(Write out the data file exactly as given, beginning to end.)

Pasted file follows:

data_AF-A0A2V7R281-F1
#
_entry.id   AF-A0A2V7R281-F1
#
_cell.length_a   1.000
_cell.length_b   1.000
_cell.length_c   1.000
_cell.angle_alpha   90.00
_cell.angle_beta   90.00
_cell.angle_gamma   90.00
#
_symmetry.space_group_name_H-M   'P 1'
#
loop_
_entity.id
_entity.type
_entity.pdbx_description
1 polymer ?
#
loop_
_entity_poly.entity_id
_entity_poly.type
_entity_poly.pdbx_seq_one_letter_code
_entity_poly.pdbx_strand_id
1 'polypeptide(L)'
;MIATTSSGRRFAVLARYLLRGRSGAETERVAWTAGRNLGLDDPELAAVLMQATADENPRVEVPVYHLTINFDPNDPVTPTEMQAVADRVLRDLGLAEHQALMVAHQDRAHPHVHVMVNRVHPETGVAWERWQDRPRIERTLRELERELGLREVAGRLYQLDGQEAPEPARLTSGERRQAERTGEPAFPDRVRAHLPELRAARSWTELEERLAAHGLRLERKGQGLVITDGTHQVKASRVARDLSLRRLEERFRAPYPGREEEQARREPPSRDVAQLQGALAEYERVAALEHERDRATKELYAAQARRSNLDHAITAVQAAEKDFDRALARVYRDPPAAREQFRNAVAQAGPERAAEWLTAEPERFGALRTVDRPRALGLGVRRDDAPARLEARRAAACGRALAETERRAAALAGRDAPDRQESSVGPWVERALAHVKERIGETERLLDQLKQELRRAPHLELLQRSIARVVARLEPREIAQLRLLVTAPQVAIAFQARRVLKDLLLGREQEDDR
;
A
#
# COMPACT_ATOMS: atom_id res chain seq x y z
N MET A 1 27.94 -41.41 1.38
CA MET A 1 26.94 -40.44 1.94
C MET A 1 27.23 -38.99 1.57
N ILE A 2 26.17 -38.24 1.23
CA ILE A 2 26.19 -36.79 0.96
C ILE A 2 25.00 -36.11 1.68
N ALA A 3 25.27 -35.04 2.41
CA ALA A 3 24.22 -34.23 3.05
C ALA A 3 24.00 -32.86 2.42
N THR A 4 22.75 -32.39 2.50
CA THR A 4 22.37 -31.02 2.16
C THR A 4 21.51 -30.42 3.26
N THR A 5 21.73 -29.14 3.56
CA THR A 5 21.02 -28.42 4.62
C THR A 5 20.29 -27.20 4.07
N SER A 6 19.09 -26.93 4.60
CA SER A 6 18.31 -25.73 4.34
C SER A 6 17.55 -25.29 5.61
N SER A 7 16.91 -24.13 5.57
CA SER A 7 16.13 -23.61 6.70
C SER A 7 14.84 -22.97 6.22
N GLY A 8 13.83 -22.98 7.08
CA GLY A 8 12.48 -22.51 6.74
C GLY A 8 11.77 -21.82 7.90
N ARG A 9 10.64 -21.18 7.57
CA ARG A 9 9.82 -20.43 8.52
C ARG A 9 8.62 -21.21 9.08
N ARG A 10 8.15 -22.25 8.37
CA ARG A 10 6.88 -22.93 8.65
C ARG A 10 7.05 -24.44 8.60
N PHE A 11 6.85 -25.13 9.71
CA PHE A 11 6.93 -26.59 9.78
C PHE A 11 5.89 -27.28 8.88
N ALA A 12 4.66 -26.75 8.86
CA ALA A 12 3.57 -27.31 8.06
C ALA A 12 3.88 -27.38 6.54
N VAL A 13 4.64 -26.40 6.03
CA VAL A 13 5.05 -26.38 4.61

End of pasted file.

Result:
data_AF-A0A2V7R281-F1
#
_entry.id   AF-A0A2V7R281-F1
#
_cell.length_a   1.000
_cell.length_b   1.000
_cell.length_c   1.000
_cell.angle_alpha   90.00
_cell.angle_beta   90.00
_cell.angle_gamma   90.00
#
_symmetry.space_group_name_H-M   'P 1'
#
loop_
_entity.id
_entity.type
_entity.pdbx_description
1 polymer ?
#
loop_
_entity_poly.entity_id
_entity_poly.type
_entity_poly.pdbx_seq_one_letter_code
_entity_poly.pdbx_strand_id
1 'polypeptide(L)'
;MIATTSSGRRFAVLARYLLRGRSGAETERVAWTAGRNLGLDDPELAAVLMQATADENPRVEVPVYHLTINFDPNDPVTPTEMQAVADRVLRDLGLAEHQALMVAHQDRAHPHVHVMVNRVHPETGVAWERWQDRPRIERTLRELERELGLREVAGRLYQLDGQEAPEPARLTSGERRQAERTGEPAFPDRVRAHLPELRAARSWTELEERLAAHGLRLERKGQGLVITDGTHQVKASRVARDLSLRRLEERFRAPYPGREEEQARREPPSRDVAQLQGALAEYERVAALEHERDRATKELYAAQARRSNLDHAITAVQAAEKDFDRALARVYRDPPAAREQFRNAVAQAGPERAAEWLTAEPERFGALRTVDRPRALGLGVRRDDAPARLEARRAAACGRALAETERRAAALAGRDAPDRQESSVGPWVERALAHVKERIGETERLLDQLKQELRRAPHLELLQRSIARVVARLEPREIAQLRLLVTAPQVAIAFQARRVLKDLLLGREQEDDR
;
A
#
# COMPACT_ATOMS: atom_id res chain seq x y z
N MET A 1 27.94 -41.41 1.38
CA MET A 1 26.94 -40.44 1.94
C MET A 1 27.23 -38.99 1.57
N ILE A 2 26.17 -38.24 1.23
CA ILE A 2 26.19 -36.79 0.96
C ILE A 2 25.00 -36.11 1.68
N ALA A 3 25.27 -35.04 2.41
CA ALA A 3 24.22 -34.23 3.05
C ALA A 3 24.00 -32.86 2.42
N THR A 4 22.75 -32.39 2.50
CA THR A 4 22.37 -31.02 2.16
C THR A 4 21.51 -30.42 3.26
N THR A 5 21.73 -29.14 3.56
CA THR A 5 21.02 -28.42 4.62
C THR A 5 20.29 -27.20 4.07
N SER A 6 19.09 -26.93 4.60
CA SER A 6 18.31 -25.73 4.34
C SER A 6 17.55 -25.29 5.61
N SER A 7 16.91 -24.13 5.57
CA SER A 7 16.13 -23.61 6.70
C SER A 7 14.84 -22.97 6.22
N GLY A 8 13.83 -22.98 7.08
CA GLY A 8 12.48 -22.51 6.74
C GLY A 8 11.77 -21.82 7.90
N ARG A 9 10.64 -21.18 7.57
CA ARG A 9 9.82 -20.43 8.52
C ARG A 9 8.62 -21.21 9.08
N ARG A 10 8.15 -22.25 8.37
CA ARG A 10 6.88 -22.93 8.65
C ARG A 10 7.05 -24.44 8.60
N PHE A 11 6.85 -25.13 9.71
CA PHE A 11 6.93 -26.59 9.78
C PHE A 11 5.89 -27.28 8.88
N ALA A 12 4.66 -26.75 8.86
CA ALA A 12 3.57 -27.31 8.06
C ALA A 12 3.88 -27.38 6.54
N VAL A 13 4.64 -26.40 6.03
CA VAL A 13 5.05 -26.38 4.61